What to know about college kids and medications
The transition to campus life can often feel abrupt. Beyond adjusting to the rigors of a college curriculum, students must quickly develop the self-management skills needed to thrive on their own. One such skill that should be prioritized is staying on track with prescribed medications.
Accounting for up to 50% of treatment failures, around 125,000 deaths and up to 25% of hospitalizations each year in the United States, medication non-adherence can pose serious health risks.
In fact, a study which observed the experiences of students with ADHD found that adherence drops to just 53% when teens embark on their college careers. Adding to this, confidentiality rules often come into play for parents of young adults.
As students leave home for campus, parents can gain greater peace of mind by ensuring their student is prepared to take on more responsibility for their health and wellness. To help families plan for this new stage, Susan Peppers, RPh and vice president of Express Scripts Pharmacy, is offering these tips:
- Phasing out: Prior to leaving for campus, phase out resources and parental reminders that won’t be readily available once classes begin. Your pharmacist can recommend medication adherence tools – digital or otherwise – that work best for young adults and students.
- Making the transition: Help your student develop a reliable transition plan and schedule, keeping in mind daily class schedules, social activities, changes in routine and school breaks.
- Planning ahead: Make sure your student knows how and where to get needed prescription refills. Locate the closest pharmacy or set up automatic refills that get delivered to your student’s campus address using a service such as Express Scripts Pharmacy.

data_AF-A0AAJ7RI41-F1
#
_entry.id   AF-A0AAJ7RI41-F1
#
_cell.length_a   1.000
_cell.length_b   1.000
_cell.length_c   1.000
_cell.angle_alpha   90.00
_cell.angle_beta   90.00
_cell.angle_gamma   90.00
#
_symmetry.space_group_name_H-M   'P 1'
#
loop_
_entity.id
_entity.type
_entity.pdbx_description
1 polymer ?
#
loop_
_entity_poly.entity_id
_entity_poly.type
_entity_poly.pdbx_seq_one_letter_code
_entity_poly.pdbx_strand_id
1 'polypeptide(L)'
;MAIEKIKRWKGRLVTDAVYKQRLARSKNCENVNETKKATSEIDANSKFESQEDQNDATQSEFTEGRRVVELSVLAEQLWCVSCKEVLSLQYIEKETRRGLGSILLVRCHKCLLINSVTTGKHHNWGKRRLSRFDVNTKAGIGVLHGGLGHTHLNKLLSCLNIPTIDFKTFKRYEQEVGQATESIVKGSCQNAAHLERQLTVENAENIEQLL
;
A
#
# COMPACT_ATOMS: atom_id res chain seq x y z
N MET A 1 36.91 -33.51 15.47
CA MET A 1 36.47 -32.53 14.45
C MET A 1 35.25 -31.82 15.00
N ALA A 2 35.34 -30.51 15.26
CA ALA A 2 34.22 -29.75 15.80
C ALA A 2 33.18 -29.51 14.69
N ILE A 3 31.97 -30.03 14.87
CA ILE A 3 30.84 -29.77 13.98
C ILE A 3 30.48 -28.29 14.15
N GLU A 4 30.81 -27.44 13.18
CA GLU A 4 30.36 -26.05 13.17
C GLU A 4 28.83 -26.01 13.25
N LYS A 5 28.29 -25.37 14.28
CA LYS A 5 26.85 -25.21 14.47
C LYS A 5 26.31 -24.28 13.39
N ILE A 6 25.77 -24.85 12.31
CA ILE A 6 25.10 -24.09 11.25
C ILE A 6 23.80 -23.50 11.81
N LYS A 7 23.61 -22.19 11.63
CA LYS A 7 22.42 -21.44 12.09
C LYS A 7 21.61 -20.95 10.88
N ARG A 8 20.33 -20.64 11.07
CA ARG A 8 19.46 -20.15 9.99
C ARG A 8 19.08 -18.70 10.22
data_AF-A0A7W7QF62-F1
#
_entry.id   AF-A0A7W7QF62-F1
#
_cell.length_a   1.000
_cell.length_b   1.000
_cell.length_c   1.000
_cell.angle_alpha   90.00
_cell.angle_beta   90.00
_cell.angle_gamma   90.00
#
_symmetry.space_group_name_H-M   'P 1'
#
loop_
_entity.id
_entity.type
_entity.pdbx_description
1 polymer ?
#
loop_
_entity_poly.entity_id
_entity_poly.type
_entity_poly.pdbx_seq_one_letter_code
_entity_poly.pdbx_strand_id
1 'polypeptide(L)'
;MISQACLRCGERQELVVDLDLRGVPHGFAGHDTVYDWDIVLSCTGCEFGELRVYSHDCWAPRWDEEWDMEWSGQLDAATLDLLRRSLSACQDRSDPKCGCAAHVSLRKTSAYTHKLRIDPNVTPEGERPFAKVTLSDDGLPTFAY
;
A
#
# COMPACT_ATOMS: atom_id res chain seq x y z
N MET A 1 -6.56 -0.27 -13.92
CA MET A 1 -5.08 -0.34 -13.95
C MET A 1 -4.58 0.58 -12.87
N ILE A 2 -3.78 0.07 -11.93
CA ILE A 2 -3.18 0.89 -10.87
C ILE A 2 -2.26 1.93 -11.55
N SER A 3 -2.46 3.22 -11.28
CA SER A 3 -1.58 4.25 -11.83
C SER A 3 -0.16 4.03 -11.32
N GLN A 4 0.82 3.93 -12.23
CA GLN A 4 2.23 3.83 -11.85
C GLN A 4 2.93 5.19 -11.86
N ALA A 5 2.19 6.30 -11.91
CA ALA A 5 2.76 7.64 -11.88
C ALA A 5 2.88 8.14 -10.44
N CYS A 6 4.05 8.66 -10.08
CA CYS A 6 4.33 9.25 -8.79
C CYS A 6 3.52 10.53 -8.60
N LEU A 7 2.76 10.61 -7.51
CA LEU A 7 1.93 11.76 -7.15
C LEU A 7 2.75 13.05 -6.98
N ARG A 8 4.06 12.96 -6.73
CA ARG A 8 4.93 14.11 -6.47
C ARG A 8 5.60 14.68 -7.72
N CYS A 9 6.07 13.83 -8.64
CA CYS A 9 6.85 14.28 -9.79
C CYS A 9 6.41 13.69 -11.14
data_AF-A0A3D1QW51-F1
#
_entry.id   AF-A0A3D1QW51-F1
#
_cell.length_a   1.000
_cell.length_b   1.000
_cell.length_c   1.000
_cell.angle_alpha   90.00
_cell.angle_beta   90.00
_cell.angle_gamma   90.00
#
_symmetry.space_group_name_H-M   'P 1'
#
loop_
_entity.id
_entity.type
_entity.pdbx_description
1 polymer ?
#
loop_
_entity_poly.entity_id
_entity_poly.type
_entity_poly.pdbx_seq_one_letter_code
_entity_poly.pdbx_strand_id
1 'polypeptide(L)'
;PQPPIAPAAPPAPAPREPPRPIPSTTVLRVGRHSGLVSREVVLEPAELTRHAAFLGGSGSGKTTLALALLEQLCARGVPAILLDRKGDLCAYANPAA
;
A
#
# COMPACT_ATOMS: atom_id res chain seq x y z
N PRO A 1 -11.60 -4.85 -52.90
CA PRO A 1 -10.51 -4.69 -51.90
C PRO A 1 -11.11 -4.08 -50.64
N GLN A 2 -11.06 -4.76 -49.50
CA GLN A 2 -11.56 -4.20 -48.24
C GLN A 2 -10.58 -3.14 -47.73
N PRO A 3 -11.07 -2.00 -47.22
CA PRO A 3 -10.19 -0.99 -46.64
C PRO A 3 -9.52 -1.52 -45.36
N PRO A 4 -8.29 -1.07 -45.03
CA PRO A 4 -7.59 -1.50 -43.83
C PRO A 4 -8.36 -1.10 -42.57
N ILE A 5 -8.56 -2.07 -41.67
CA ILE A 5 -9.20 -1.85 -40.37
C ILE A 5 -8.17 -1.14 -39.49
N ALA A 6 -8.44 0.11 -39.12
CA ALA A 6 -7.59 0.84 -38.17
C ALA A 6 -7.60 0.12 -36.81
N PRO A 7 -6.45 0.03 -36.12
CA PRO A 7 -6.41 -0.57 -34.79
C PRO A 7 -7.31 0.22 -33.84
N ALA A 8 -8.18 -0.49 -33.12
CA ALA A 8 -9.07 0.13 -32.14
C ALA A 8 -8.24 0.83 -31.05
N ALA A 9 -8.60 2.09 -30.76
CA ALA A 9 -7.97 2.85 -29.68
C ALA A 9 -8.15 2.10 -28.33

- Alcohol and medication: Alcohol usage is often prevalent on college campuses, even among students who are underage. Make sure your child is aware of the potential adverse interaction alcohol can have with their prescription drugs, as well as other health and safety risks associated with drinking.
- Getting school savvy: Well before the semester starts, work with your student to learn more about the college or university’s health service resources. Be sure they know how to schedule an appointment if they are sick, need mental health services such as therapy, or are otherwise in need of prompt care.
- Convenient care anywhere, anytime: Make sure your child knows where to call if they have questions about their medications; choose a pharmacy that has 24/7 direct access to a pharmacist, just in case. Should your child need to see a doctor when the school’s health facilities are not open, online physicians are available 24/7 through telehealth services such as MDLIVE. Their physicians can provide chronic care management and write temporary prescription renewals should your child run out of medication, all from the convenience of your child’s dorm room.
For more medication adherence resources and information, visit www.esrx.com/AskYourPharmacist.
As your student enters this exciting new phase of life, take steps to ensure they have everything they need to stay happy and healthy. This should include making a plan that will allow them to stay on top of their prescription drug regimen.
Courtesy of StatePoint
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